This is an open letter to those who shop and work at my local Super Wal-Mart…
Dear lady that I followed into the store: You are clearly not handicapped. You are clearly not elderly. It looked like you were in pretty good shape to me. Why is it that you so desperately needed that electronic cart? You ran to the last one available and the elderly gentleman coming in behind us quite clearly actually needed it. Two weeks ago, the girls and I stopped to help another elderly gentleman with a walker. He needed to sit down. I suppose you had the last cart that day too. Leave it alone. It’s not a toy. I don’t let my kids on it, you shouldn’t be on it either.
Dear store manager: Why on earth did you take out the benches? You might prevent a homeless person from hanging out but there is no place for the people who need it to take a break. Let’s face it, the store is huge. A homeless person could wander forever and you would never know it. Put the bench back. While you’re at it I have another request. I know that you guys are trying to help the economy with bulk buys and roll backs. The truth is, you really aren’t saving me enough to matter. If you would like to help the economy, hire some more cashiers and open a couple of lanes. We know what Wal-Mart’s bottom line is and let’s face, you can afford it.
Dear very pregnant lady: Good for you for rocking that tank top even though you are clearly 10 months pregnant. Your body is awesome. Still honey, you’re pregnant. Pull your drawers up. My kids really didn’t need to see any of that. The jogging pants are stretched out. I’m very aware that maternity clothes aren’t cool, especially if you are in your teens. There’s a reason they come with a panel that cover your privates. Seriously, you could have been arrested for indecent exposure. Cover it up please.
Dear part time dad: I’m sorry you only see her in the summer. Blocking an entire aisle while you wait for a four year old to put on her own shoe while perched precariously in a basket is not the appropriate time to fit in quality time. I realize you think buying light up princess shoes will cure everything, but put the phone down. Take her and her light up shoes to the park or the zoo. Also, when you see a lady with three little girls rushing through the store assume they are going to the potty and get the heck out of the way.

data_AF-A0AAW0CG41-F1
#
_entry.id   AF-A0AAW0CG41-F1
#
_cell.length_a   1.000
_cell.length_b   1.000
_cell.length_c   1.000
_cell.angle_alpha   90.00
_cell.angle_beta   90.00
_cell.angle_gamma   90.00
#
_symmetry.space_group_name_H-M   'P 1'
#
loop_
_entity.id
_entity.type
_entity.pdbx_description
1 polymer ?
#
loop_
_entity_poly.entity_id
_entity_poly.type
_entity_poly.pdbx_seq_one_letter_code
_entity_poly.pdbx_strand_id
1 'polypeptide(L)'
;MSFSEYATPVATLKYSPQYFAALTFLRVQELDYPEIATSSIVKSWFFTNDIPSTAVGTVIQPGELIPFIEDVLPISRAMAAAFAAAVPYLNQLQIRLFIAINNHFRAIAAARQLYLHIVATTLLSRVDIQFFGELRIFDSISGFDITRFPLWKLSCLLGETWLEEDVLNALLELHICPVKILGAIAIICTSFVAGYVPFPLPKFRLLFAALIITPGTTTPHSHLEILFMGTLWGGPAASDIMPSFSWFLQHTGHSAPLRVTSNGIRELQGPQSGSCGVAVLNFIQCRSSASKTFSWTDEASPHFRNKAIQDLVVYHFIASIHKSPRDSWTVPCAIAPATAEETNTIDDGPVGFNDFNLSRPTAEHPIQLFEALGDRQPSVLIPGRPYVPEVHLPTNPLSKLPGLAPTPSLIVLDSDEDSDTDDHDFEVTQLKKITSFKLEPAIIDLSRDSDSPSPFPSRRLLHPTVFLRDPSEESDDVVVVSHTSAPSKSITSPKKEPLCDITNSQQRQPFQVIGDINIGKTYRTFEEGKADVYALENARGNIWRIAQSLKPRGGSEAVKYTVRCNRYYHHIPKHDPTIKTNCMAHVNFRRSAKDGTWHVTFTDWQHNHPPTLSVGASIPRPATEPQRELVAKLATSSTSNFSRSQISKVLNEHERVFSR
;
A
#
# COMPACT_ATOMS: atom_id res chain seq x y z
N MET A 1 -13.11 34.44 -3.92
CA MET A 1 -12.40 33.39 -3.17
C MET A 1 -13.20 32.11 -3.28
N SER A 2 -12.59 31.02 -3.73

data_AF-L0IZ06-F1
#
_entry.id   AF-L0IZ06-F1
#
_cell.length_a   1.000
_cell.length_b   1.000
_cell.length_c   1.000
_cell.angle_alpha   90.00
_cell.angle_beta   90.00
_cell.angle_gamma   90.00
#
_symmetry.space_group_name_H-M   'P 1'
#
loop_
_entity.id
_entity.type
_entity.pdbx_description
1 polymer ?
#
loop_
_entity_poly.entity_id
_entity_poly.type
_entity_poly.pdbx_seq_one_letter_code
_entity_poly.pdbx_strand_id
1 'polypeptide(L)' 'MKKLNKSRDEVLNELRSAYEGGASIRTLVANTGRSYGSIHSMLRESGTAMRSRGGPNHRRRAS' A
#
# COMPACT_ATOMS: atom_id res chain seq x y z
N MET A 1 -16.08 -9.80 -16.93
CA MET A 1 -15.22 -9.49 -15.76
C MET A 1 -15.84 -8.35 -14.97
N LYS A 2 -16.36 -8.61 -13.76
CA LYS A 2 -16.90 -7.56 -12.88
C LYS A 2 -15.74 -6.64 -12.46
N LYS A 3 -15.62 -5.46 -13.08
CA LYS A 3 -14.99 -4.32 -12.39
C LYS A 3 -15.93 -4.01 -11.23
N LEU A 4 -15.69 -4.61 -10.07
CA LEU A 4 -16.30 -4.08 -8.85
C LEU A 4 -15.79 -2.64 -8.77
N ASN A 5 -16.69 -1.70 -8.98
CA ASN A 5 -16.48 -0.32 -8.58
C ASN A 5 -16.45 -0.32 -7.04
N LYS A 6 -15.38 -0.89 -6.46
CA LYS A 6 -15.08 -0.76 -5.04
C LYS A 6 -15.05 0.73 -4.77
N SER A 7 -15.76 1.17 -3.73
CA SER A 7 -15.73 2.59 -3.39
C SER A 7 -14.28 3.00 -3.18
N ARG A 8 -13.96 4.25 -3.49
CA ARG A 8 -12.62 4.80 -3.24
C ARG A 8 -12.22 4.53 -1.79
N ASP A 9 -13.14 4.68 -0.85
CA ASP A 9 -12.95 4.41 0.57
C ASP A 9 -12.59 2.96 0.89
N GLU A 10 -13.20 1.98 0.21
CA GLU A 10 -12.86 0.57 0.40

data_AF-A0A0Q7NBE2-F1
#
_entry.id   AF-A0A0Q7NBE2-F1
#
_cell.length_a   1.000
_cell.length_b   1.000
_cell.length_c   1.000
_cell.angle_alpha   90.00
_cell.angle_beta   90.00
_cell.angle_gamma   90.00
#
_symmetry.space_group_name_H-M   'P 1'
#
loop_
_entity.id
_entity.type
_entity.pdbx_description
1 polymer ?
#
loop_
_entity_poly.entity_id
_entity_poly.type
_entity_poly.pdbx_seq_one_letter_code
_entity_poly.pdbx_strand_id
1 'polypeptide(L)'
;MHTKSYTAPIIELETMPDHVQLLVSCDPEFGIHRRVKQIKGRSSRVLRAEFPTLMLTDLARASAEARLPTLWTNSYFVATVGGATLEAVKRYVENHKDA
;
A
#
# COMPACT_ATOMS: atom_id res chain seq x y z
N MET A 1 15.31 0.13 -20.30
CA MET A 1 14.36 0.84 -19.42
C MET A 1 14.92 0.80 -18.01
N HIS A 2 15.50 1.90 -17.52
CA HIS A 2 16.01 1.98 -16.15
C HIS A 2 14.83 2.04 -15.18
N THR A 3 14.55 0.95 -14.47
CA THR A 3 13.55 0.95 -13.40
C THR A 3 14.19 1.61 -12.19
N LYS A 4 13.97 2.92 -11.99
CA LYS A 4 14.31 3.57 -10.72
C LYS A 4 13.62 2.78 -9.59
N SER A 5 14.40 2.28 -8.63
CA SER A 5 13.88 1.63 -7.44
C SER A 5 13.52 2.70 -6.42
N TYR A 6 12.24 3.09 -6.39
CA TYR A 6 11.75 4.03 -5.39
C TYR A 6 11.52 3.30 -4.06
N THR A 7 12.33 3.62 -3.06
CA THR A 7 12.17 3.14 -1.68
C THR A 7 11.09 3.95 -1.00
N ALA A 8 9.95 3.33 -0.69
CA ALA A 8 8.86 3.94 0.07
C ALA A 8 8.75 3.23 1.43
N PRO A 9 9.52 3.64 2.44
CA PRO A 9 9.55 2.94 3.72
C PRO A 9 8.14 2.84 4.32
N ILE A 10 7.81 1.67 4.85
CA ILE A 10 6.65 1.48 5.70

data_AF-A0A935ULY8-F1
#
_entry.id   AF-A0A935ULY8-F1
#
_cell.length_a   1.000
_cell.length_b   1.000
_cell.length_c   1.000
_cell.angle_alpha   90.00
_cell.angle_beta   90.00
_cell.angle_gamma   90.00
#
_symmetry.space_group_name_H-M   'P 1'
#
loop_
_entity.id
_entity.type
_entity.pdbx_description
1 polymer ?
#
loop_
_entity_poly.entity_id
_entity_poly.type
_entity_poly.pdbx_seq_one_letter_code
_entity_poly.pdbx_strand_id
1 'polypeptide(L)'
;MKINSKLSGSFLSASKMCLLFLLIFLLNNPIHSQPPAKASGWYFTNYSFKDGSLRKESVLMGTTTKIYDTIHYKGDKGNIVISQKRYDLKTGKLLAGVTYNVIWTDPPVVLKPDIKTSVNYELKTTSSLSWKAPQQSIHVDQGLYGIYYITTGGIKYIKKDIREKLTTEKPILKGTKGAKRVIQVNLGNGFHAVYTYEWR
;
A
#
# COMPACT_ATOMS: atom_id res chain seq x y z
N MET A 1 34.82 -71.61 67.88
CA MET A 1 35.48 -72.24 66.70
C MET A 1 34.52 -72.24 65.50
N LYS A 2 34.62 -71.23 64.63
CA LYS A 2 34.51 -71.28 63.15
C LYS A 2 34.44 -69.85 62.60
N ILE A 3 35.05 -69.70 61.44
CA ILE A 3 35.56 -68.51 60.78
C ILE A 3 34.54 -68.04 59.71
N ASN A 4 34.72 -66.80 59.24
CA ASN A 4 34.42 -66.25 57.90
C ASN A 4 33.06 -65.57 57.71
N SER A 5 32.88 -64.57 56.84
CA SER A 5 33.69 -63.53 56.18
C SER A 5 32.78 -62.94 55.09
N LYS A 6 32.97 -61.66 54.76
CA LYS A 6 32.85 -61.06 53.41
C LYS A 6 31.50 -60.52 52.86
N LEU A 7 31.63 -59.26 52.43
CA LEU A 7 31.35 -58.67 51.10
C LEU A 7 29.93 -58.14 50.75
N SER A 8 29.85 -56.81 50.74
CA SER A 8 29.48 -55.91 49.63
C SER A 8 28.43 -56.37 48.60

Dear expressive goth girl: I know you feel a need to express yourself and set yourself apart. Black is awesome. When you are in Memphis and it’s 95 degrees out off the pavement at nine in the morning, looking at your knee high boots, leather trench coat and purple fuzzy hat makes me sweat. I promise you would feel better and your pink hair would look awesome in a sun dress. Clearly, you are okay with it because your skirt was cute. Plus, your pasty white skin could seriously use some sun. I pretty sure your deficit in vitamin D.
Dear middle aged lady that I want to call a name I shouldn’t say: I’m really sorry that there are no children in your life to help you see true joy. My heart is breaking that you felt the need to be so dramatic and roll your eyes because my kids are singing the songs they learned in Sunday school. I did my best to make sure you didn’t damage the delicate egos. The sincere fact is, I will always let them sing their Sunday school songs as loud as they want. Trust me it’s better than the screeching and whining that can often come out of their little bodies. When you saw me, it was still early in our marathon shopping excursion. You could have seen much worse a little later.
Dear lady handing out Starbucks ice cream samples, you may have ruined lunch for the two year old, but I want to thank you. You provided just enough distraction for me to finish without listening another “Can I have?” or “I want…” or “Why can’t we?” It was the best 5 minutes of my shopping experience.
Thank you all for your time and for helping to make my shopping experience with three small children more enjoyable.
A harried mother who swears she’ll never shop at that store again and always does anyway